The False Prophet is the forgotten figure in end time prophecy. There is plenty of speculation about who the Anti-Christ is, but very little about his “promoter.” Yet if we look deeply enough, we can discover what evangelicals and Catholics have believed about this personality, although there seems to be plenty of room for multiple interpretations in both camps.
We begin by taking what at first glance appear to be bit of a rabbit trail, but it’s actually to establish historical context. The early Protestant reformers were firmly united in the belief that the Pope was the Anti-Christ. Actually, as John 2:18 tells us, there are many anti-Christs, but the term is usually reserved for the final one. Although they had many reasons to believe this, perhaps the easiest to explain is the one tied to one of the Pope’s titles — the Vicar of Christ. “Vicar” means “substitute” and “anti” can mean “instead of.” One of the best-known defenses of this point of view is The Two Babylons, by Alexander Hislop. He published his work in 1853, after the “Pope as Anti-Christ” theory was no longer so popular among Protestants.
The viewpoint was rooted in the Historicist interpretation of Revelation, which presents amazing fulfillments of most of the prophetic book up to the present time. However, in an effort to get the Pope “off the hook,” two Catholic theologians started promoting Futurism, which is the dominant evangelical view of Revelation today, and Preterism, which teaches that most of Revelation was fulfilled by the time of the fall of Jerusalem in 70 AD. A good source for the Historicist interpretation is The Present Reign of Jesus Christ by Robert Caringola. The main weakness I see in Historicism is a lack of appreciation for multiple fulfillments, which would open the door for common ground with Futurists.
It turns out that Preterism has historical roots planted long before the Protestant Reformation. It’s strongly reflected in the writings of Eusebius and may be linked to Saint Augustine, John Chrysostom and Ignatius. This variety is more properly termed “partial preterism” or “historical preterism” because it allows for more future fulfillment of Revelation than does standard preterism. It works nicely with Saint Augustine’s amillenial position, which is still the dominant position of the Catholic Church, namely that the thousand-year period of Revelation 20:3 is symbolic of a great number of years and is our present era. A blogger, identified only as Nic, on CatholicForum.com equates the False Prophet with the Sanhedrin/Pharasaic elite. It remains to be seen how many Catholics share this interpretation.
There’s a new interest among evangelical Protestants in determining the Pope’s place in end time prophecy, and some are taking another look at the forgotten figure, the False Prophet. Tim McHyde has written an article on EscapeAllTheseThings.com called Is Pope Benedict XVI / Joseph Ratzinger The False Prophet (a point of view the authors of the new research book Petrus Romanus disagree with). His arguments include the previously cited one, involving the meanings of “vicar” and “anti.” He also says, “The pope’s mitre literally has two horns. If you go to the Catholic Encyclopedia, they themselves call it a “two horned mitre” (hat). Again, its plain meaning is fulfilled in the pope. He is a like a lamb with two horns.” Another Protestant site, RedMoonRising.com, takes the argument further, “Catholic commentators such as the late Father Malachi Martin, Kathleen Keating and numerous Catholic visionaries are united in the belief that the Catholic Church will at one time be led by a figure they call the Anti-Pope who will turn against the fundamentals of the Christian faith and accept the Antichrist.”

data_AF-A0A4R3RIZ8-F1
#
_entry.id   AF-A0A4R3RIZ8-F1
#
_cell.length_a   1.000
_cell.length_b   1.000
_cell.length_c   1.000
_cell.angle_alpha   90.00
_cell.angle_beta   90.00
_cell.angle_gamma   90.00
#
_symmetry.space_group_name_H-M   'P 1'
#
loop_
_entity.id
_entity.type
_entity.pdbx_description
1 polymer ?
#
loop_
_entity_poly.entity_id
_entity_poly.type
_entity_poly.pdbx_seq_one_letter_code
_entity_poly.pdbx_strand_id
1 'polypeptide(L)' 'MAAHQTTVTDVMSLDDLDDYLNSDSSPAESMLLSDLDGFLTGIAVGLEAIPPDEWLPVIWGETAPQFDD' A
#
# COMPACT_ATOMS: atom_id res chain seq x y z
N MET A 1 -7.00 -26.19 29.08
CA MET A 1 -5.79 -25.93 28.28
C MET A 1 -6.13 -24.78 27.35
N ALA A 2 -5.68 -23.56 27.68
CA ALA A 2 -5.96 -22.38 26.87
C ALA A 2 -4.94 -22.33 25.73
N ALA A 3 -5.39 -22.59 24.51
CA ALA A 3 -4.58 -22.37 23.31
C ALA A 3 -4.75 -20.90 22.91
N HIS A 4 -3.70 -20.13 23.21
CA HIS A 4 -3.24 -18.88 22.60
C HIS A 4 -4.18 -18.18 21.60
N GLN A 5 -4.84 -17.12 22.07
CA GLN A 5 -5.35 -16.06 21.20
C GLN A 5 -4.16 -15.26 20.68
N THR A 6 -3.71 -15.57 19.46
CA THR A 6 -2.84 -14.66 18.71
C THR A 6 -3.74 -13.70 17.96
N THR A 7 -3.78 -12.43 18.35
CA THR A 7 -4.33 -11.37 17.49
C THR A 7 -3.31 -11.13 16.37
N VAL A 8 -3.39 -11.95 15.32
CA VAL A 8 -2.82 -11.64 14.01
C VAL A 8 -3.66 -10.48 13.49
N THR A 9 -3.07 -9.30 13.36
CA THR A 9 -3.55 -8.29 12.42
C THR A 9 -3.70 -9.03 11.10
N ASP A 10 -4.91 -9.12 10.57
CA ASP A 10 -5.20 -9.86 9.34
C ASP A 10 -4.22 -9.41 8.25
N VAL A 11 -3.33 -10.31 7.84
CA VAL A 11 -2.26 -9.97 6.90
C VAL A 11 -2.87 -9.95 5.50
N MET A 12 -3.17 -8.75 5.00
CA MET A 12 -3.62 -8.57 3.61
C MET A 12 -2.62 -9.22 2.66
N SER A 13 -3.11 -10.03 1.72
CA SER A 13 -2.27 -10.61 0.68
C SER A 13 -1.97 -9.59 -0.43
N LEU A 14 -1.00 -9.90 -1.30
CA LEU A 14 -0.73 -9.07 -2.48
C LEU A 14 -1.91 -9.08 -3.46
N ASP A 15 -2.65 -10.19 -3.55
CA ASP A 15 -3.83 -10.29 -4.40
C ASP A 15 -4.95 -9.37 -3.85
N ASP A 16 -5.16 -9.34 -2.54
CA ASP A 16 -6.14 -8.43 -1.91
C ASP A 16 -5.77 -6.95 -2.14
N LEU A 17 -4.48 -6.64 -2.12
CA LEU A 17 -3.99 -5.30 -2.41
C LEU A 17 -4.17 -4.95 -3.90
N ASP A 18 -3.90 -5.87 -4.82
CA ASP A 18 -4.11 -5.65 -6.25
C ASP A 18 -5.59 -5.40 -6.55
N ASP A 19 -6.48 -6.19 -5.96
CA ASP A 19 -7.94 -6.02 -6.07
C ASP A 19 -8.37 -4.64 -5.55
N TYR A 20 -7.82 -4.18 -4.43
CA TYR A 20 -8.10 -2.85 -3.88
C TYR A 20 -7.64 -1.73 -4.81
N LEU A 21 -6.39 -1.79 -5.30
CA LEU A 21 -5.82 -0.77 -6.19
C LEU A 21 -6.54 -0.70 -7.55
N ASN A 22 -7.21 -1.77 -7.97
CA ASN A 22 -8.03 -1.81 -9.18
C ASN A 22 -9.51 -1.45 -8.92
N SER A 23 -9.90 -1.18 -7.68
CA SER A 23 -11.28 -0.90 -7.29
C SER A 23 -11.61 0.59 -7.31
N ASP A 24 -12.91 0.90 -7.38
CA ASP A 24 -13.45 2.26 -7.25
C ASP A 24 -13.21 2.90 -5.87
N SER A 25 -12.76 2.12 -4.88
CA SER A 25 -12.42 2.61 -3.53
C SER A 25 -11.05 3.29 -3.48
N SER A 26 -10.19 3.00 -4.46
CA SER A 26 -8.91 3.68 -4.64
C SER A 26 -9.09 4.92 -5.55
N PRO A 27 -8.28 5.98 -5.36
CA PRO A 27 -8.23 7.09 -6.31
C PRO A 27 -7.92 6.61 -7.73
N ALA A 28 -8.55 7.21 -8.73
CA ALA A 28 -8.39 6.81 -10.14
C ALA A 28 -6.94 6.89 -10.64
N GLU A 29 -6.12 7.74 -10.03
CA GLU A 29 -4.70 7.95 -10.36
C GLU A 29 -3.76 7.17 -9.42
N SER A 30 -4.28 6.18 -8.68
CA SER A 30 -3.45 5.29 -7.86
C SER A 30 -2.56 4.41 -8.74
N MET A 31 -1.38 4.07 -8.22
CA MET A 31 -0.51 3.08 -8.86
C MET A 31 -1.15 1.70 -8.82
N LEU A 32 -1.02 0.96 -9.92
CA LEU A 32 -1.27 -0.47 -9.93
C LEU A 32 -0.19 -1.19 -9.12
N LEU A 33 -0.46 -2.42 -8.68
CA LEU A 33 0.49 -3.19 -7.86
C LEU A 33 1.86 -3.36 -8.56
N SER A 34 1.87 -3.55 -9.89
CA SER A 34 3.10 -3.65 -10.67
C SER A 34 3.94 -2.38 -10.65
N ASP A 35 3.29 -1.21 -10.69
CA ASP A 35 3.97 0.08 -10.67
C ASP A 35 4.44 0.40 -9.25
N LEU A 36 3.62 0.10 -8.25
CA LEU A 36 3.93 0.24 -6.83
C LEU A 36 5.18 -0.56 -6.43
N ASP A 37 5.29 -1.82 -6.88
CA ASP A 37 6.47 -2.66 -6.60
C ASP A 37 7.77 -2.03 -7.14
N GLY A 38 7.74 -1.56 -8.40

There is a variation of this theme involving an extra-Biblical Catholic revelation called “The Great Monarch and Angelic Pastor.” The anonymous author of An Analysis of Catholic Prophecy writes, “… as Catholics understand it, there will be a Great Monarch and an Angelic Pastor who rule together followed by the Antichrist and then Jesus Christ returns to bring the last judgment.” The author warns that these two personalities are really the False Prophet and the Anti-Christ, which means that when Jesus Christ arrives on the scene, believers in this prophecy would misidentify Him as the Anti-Christ.
The theme of an anti-Pope is further developed in an article in Examiner.com which quotes from a Catholic audio recording called Reign of the False Prophet. It mentions a Father John O’Connor. “Father explains how God will and is punishing the world for sin, and that the Fathers of the Church all wrote that the False Prophet would be a Catholic Bishop who will become an invalid anti-pope while the real Pope dies a cruel death in exile.”
Finally, a Catholic friendly website called EndTimesLion.com fills in more of the details of the anti-Pope theory. “This Anti-Pope will appear to be elected, but he will not be validly so. This Anti-Pope will physically reside in Rome, at least for a time until the “Anti-Vatican” is moved to Jerusalem. The election will be done invalidly through electronic means, such as email, fax and phone, based on the excuse that it will be too dangerous to travel to Rome because of the wars and revolutions in the streets.”
It must be remembered that Saint Malachy’s Prophecy of the Popes (learn more by reading the series in the above left column) contains references to both Popes and anti-Popes. It would be entirely consistent with Catholic teaching and emerging Protestant interpretation, for Benedict XVI’s successor, the final pontiff known as Petrus Romanus, to be both anti-Pope and False Prophet.